• 01:02

    MyNDTALK - World HIV+/Aids Day

    in Psychology

    World HIV+/AIDS DAY


    Join Dr. Pamela Brewer on MyNDTALK for a conversation with Steve
    Lerch of Metro Health in Washington, DC - for a conversation about
    myths and realities affecting those who are living with HIV+/AIDS. 
    For selected educational resources: www.MyNDTALK.org

  • 02:02

    Positively Dee for discussion about HIV/AIDS

    in Social Networking

    Join us for HIV/AIDS discussion bringing awarness to the community.


    Historically, the HIV/AIDS epidemic has affected more men than women. However, if new HIV infections continue at their current rate worldwide, women with HIV may soon outnumber men with HIV.


    HIV infection impacts a growing number of women in Illinois each year. Nearly 7,000 women in Illinois are currently known to be living with HIV and/or AIDS. Many hundreds of other women are probably living with HIV even though they are unaware of their own infection.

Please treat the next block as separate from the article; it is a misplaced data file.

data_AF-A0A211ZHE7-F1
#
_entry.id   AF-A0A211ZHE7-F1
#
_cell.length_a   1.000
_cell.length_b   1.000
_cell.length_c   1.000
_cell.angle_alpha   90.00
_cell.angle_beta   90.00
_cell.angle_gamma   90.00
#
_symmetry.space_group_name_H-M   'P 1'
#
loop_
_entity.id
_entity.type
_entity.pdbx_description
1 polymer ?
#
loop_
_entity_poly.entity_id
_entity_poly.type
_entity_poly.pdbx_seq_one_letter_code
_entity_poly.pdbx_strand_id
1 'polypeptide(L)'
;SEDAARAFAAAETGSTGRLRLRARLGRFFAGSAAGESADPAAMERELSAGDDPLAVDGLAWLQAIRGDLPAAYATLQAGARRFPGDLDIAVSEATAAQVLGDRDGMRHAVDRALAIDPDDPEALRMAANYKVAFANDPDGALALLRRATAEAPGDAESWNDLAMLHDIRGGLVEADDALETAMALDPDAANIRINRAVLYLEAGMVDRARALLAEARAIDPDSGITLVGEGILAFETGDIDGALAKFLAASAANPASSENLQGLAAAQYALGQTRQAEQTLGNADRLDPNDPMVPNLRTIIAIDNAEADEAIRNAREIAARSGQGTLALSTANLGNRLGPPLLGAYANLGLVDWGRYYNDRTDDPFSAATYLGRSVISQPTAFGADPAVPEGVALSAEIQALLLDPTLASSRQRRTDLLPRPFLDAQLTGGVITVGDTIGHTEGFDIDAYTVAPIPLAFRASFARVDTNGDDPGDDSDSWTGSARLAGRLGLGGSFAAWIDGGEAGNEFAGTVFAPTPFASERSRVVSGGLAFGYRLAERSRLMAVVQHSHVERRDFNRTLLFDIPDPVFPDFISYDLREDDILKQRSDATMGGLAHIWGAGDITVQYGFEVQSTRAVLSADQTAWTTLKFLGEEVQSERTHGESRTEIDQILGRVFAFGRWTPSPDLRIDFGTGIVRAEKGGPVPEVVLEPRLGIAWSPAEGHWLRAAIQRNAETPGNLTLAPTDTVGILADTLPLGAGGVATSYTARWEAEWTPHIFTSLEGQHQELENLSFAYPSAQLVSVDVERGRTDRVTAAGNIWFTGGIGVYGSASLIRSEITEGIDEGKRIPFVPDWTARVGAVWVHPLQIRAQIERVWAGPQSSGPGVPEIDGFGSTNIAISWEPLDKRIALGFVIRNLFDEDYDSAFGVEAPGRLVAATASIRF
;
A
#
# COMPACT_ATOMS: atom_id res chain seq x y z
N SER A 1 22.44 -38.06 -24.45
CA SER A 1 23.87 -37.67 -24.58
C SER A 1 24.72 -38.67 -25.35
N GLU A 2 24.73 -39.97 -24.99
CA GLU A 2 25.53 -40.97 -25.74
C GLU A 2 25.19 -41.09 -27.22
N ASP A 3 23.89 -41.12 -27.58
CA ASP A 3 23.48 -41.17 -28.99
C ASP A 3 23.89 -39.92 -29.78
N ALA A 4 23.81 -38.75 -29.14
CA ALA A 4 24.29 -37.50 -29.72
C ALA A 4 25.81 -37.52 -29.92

HIV/AIDS disproportionately impacts African-American women in Illinois and the United States. Nationally, HIV infection is the leading cause of death for African-American women between the ages of 25 and 34. In Illinois, the number of HIV cases among African-American women continues to climb. Roughly 68 percent of Illinois women living with HIV are African American, while African Americans only make up 15 percent of the Illinois population. Caucasian women account for 16 percent of Illinois women living with HIV, while the Caucasian population represents more than 73 percent of Illinois residents. Latina women represent roughly 11 percent of the HIV/AIDS cases in women, while 13 percent of the Illinois population is Latino. Roughly 4 percent of women with HIV are from Native American, Asian, Pacific Islander and other communities.